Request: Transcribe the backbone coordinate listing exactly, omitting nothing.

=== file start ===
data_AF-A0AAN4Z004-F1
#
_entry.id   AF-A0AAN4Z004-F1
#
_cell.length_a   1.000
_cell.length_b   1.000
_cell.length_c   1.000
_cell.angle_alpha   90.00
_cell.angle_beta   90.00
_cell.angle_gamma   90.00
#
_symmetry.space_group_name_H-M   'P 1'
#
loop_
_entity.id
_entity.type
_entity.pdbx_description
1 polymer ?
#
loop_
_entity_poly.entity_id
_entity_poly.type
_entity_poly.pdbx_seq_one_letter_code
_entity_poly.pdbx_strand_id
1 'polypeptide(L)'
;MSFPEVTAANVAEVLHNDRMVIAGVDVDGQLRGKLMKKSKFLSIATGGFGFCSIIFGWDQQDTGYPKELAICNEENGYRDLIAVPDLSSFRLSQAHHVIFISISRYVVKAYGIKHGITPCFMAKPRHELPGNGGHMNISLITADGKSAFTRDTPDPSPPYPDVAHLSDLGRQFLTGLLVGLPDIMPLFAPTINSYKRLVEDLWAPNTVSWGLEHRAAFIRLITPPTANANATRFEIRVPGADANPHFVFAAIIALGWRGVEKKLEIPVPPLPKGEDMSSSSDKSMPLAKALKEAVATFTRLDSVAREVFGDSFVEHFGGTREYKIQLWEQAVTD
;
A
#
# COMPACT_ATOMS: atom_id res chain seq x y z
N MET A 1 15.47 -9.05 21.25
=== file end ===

data_AF-A0AAN4Z004-F1
#
_entry.id   AF-A0AAN4Z004-F1
#
_cell.length_a   1.000
_cell.length_b   1.000
_cell.length_c   1.000
_cell.angle_alpha   90.00
_cell.angle_beta   90.00
_cell.angle_gamma   90.00
#
_symmetry.space_group_name_H-M   'P 1'
#
loop_
_entity.id
_entity.type
_entity.pdbx_description
1 polymer ?
#
loop_
_entity_poly.entity_id
_entity_poly.type
_entity_poly.pdbx_seq_one_letter_code
_entity_poly.pdbx_strand_id
1 'polypeptide(L)'
;MSFPEVTAANVAEVLHNDRMVIAGVDVDGQLRGKLMKKSKFLSIATGGFGFCSIIFGWDQQDTGYPKELAICNEENGYRDLIAVPDLSSFRLSQAHHVIFISISRYVVKAYGIKHGITPCFMAKPRHELPGNGGHMNISLITADGKSAFTRDTPDPSPPYPDVAHLSDLGRQFLTGLLVGLPDIMPLFAPTINSYKRLVEDLWAPNTVSWGLEHRAAFIRLITPPTANANATRFEIRVPGADANPHFVFAAIIALGWRGVEKKLEIPVPPLPKGEDMSSSSDKSMPLAKALKEAVATFTRLDSVAREVFGDSFVEHFGGTREYKIQLWEQAVTD
;
A
#
# COMPACT_ATOMS: atom_id res chain seq x y z
N MET A 1 15.47 -9.05 21.25